Stop Telling Yourself It’s Nothing. These Are The Warning Signs Of Emotional Abuse

Abuse in relationships, is more than just the physical aspect. One of the most damaging kinds of abuse, emotional abuse, leaves no visible scars.

We all know how to spot the signs of physical abuse, or someone who is physically abusive, but recognizing the signs of emotional abuse can be a lot trickier.

If you’ve never been in a relationship with someone who tries to manipulate your emotions, or control your everyday life, then you might not know what to look out for. And if you have been through something like this, you might not have known how to handle the situation at the time.

Even after making the choice to leave the toxic relationship, emotional abusers have plenty of tricks up their sleeves for making you believe that doing so impossible.

Here are some of the major warning signs of emotional abuse in a relationship:

1. They dismiss your opinion 

When a partner refuses to take a look at things from your perspective, they are being more than just stubborn. Easily dismissing someone’s opinion and disregarding their values is a sign of emotional abuse. You are entitled to you own thoughts and beliefs, and no one has to always agree with someone else. Imagine how boring life would be!

2. They blame you for everything

In a healthy relationship, both parties can accept responsibility for their actions and grow together as a couple. This is not the case in a relationship with an emotional abuser. They will blame you for everything, even things beyond your control.

3. They give you ridiculous ultimatums

This is simply a form of threatening you to do something they want, or they will seek revenge. The most atrocious part of this behaviour is that the emotional abuser acts as if they are doing you a favour. By being “kind enough” to give you a chance to do what they want you to do, before unleashing whatever it is they are currently holding over your head.

4. They withhold affection

One aspect of emotional abuse that is easily overlooked is the withholding of affection. One person will expect the house to be cleaned a certain way, or their dinner to be served at a certain time, and if these desires aren’t met, you’ll hear “No kisses till it’s done right,” or “No cuddling until you can do what I ask.” It might seem cute at first, but it is hurtful behaviour in the long run.

5. They ridicule your emotions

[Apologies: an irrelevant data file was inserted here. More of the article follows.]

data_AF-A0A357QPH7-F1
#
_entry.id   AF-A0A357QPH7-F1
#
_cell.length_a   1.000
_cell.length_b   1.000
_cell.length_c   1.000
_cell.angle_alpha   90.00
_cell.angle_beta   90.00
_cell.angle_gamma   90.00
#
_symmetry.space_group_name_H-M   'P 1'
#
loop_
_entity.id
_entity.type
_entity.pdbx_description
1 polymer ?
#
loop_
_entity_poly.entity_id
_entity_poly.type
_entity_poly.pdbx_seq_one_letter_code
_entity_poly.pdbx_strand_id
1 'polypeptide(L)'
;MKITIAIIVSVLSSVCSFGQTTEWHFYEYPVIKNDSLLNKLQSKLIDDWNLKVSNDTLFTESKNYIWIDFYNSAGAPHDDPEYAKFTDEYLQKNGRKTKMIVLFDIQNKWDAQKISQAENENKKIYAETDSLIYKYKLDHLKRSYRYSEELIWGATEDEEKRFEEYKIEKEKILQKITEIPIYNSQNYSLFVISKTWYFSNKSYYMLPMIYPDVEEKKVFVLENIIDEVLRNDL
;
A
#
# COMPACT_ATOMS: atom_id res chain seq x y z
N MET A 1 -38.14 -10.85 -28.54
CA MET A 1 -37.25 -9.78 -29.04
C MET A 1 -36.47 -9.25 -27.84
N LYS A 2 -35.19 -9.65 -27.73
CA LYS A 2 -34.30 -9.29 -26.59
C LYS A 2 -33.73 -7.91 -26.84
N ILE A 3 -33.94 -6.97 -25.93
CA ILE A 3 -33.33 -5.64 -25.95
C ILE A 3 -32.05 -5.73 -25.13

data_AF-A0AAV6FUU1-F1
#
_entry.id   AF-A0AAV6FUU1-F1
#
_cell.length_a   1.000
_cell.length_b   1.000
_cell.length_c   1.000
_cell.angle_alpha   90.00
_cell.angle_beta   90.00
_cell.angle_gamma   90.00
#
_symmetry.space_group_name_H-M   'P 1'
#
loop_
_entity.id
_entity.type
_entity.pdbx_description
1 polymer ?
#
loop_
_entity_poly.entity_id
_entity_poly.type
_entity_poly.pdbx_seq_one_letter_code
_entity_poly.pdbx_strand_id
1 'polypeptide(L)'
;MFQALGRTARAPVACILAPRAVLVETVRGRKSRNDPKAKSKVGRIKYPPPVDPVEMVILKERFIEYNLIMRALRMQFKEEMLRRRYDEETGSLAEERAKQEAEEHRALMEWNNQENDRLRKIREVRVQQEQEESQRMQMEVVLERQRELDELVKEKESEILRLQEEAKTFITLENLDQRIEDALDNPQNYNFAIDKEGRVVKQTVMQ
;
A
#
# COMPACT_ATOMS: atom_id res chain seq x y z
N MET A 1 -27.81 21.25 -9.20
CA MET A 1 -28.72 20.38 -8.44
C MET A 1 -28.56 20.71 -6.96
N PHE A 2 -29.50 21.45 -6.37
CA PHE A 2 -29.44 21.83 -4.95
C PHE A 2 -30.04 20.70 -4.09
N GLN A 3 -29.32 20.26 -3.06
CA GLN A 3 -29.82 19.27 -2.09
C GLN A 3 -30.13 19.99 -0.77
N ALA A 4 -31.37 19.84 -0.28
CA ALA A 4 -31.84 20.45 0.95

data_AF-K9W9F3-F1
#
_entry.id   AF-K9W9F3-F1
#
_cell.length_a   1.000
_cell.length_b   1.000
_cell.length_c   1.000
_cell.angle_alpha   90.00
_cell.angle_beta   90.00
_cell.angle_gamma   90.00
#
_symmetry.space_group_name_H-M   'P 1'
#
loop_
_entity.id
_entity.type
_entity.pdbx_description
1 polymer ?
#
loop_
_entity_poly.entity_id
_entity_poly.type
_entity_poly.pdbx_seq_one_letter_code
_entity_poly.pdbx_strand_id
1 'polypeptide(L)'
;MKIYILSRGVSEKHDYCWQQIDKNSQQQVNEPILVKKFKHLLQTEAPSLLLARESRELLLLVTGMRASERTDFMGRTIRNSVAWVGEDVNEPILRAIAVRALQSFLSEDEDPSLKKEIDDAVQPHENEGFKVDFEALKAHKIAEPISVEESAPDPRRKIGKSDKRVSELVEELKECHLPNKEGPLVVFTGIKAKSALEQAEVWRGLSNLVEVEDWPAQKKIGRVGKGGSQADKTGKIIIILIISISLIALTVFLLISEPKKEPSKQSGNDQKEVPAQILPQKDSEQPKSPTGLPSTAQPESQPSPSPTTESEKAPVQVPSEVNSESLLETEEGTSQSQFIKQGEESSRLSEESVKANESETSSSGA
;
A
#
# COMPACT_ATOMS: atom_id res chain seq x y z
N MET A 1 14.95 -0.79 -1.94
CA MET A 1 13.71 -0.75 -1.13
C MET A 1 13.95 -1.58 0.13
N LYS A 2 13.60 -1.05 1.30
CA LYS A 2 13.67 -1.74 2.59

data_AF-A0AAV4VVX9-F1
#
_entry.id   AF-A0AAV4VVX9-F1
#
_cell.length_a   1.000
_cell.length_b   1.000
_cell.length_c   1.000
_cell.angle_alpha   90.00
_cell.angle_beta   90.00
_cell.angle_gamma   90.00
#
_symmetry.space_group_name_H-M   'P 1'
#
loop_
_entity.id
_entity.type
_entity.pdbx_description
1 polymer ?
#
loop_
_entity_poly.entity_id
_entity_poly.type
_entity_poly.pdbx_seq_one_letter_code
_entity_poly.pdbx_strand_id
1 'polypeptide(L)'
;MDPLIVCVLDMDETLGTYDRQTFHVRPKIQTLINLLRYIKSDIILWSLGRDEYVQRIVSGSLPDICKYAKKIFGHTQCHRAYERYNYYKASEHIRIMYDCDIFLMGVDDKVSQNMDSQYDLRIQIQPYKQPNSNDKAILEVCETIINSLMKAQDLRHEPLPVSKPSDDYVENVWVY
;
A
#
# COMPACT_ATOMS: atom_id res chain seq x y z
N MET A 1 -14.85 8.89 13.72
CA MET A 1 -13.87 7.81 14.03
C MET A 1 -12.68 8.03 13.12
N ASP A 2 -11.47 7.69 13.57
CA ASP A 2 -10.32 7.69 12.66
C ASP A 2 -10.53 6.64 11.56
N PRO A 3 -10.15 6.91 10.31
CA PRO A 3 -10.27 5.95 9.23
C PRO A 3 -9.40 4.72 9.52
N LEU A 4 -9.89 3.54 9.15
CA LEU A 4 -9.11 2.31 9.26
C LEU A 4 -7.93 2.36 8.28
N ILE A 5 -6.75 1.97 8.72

People who are emotionally abusive tend to have difficulty in expressing their own emotions in a healthy way. Because of this, they see any and every feeling of sadness, suffering, or hurt as a weakness in another person. The truth is, part of being emotional healthy is expressing all emotions when necessary- the good and the unpleasant alike.

6. They have no respect for your privacy

Whether it is your cell phone, your laptop, or even your bedside table, you have no privacy. Emotional abuse is about control, and people who have a need for this sense of power at all times are usually afraid of being seen for who they really are- a scared, emotionally wounded person. This fear leads them to invade every inch of your personal space.

7. They will cause you to change your behaviour

You should never change who you are because someone else can’t handle it. People who use emotional abuse tactics will try to make you feel inferior, or as if you are being annoying when you are around them. Maybe you say something a certain way and it “irritates” them, or perhaps you like to do your hair a certain way, dress a certain way, or laugh a certain way. Whatever it is, they will find something about you and try to change it.

It’s not easy to leave these types of relationships. Leaving partners who are emotionally abusive requires more planning and more support.

Usually, when we try to end an abusive relationship, we see the worst side of our partner. It is possible for some relationships to end on an amicable note, but when there is emotional abuse in play, that amicability is highly unlikely.

If you have been through emotional abuse during the relationship, you can expect these harmful manipulation tactics to continue long after you make the choice to leave.

Remember to reach out for help from friends, family, a therapist, or a professional counselor if you have been through this kind of relationship.

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